Is summer over? Did I blink and miss it? Has autumn begun? It’s a strange year, apparently the wettest summer since 1910 or something like that.Even so,the trees in my local North London park are already busting with wild treats.Most of them are not quite ready but I thought I’d do this post anyway.So, from top left heading clockwise….Sloes(aka blackthorn).These extremely tart berries are traditionally picked around the first frost when they have been on the branch for a decent time ,are at their juiciest and their skins are starting to crack open…Numerous slow gin recipes are on line but the general rule of thumb is about 500g of sloes to 250g of sugar used to half fill the bottles , topped up with gin(good gin is best) and then left until xmas.This is really so simple and delicious and sloes are generally abundant.
Next to the sloes are some rose hips, ideal for rose hip syrup and stuffed full of vitamin C so great at keeping autumn colds at bay.Even better are the elderberries(top right) with extremely effective anti viral properties, masses of anti oxidants and vitamin C. Last year I made an elderberry and clove cordial but ended up drinking it neat every day like cough mixture, for a cough that never happened.I need to find a whole selection of new words for delicious but for the time being that is the best description I have for both of these autumn/winter drinks.Below these are some mulberries, quite sharp but good in preserves and I have added them with great success to my very spicy pickle recipe “John’s Hardcore Christmas Chutney”.Bottom right are a few crab apples,excellent for making crab apple jelly( well, essential actually) and also for making verjuice,a lemon substitute that is having a bit of a revival at the moment.They also contain lots of malic acid which is terrific for liver cleansing( in turn helping keep you healthy when winter approaches).The orange berries next to the crab apples are rowan berries or Mountain Ash.These, like the sloes are best picked in late October when the frost has had a chance to break down the tough outer skin.These berries , like many things, are poisonous raw but edible when cooked and useful for jams and preserves etc.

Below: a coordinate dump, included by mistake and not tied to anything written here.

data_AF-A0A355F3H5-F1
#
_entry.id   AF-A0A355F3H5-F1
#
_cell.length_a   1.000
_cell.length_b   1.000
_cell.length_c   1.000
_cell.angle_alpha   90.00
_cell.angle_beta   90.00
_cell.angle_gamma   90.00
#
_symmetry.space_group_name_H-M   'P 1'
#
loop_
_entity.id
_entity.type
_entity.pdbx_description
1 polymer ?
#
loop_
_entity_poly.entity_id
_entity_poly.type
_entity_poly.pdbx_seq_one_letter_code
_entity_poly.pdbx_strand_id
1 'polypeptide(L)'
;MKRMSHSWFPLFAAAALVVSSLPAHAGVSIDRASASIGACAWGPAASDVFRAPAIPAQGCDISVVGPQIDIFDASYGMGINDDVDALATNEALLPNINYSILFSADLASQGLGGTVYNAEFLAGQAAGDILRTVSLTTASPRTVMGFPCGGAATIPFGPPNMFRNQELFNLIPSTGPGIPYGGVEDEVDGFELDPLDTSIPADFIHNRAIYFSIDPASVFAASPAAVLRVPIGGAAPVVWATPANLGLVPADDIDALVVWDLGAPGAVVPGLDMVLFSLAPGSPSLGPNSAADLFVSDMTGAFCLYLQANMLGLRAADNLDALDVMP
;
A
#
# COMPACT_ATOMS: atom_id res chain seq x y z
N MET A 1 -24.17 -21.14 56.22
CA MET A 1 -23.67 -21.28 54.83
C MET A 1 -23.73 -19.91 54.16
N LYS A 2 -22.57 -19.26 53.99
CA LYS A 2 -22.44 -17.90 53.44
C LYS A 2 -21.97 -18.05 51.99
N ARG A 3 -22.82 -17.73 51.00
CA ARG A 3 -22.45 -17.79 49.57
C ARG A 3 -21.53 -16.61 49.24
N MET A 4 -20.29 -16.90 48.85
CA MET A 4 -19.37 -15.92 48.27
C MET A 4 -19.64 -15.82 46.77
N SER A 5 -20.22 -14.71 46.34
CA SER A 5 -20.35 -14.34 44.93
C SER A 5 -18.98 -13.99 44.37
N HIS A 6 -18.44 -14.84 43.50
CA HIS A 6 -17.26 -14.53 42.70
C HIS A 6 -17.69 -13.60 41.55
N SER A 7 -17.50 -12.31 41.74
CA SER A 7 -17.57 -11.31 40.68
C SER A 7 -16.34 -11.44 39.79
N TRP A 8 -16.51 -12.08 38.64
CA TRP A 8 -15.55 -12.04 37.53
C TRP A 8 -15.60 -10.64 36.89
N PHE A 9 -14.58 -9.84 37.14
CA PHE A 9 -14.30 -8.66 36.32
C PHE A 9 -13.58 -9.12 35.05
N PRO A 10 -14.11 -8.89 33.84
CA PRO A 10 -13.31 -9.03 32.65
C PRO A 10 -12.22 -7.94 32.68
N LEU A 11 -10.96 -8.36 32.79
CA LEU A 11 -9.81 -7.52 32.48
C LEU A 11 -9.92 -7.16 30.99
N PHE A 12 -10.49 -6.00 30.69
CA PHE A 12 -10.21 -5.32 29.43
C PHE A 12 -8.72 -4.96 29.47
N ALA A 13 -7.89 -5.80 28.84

The green spiky things are sweet chestnuts, not ready yet but they look nice in the picture.They’re ripe when they fall off the tree and have numerous culinary uses although the best of all is to roast them on coals, the husks removed and all but one of them split with a knife.Leave one unsplit and when it explodes,which it will do with some force,the others are ready.The red berries either side of the pear are haws, from the hawthorn tree.There are plenty of uses of these and the spring leaves from this tree are a brilliant salad ingredient when they are still young and pale with a lovely nutty flavour.The berries also have numerous medicinal uses ,lots of these concerning the heart.They are rich in anti oxidants, good for the circulation,help lower high blood pressure, have a relaxing effect on the heart muscle,keep arteries clear and help reduce collagen.They really are a “super food”. The pear is from a tree that probably escaped from someone’s garden and is now covered in fruit just waiting for me to collect it in a few weeks and right in the centre of the picture are some wild plums, perfectly ripe right now and great to eat straight off the tree (which is a long way from the road so hopefully pollution free, if such a thing is possible in London) but best washed first.So, there you go, twenty minutes well spent.
With not enough of any of these to make anything specific, I cooked them all together just covered in water for 15 minutes with some cloves ,a star anise and a little sugar (more sugar and it would have become a decent mixed fruit cordial) .Then I drained the liquid through muslin and let it cool.It tasted fantastic mixed half and half with fizzy water.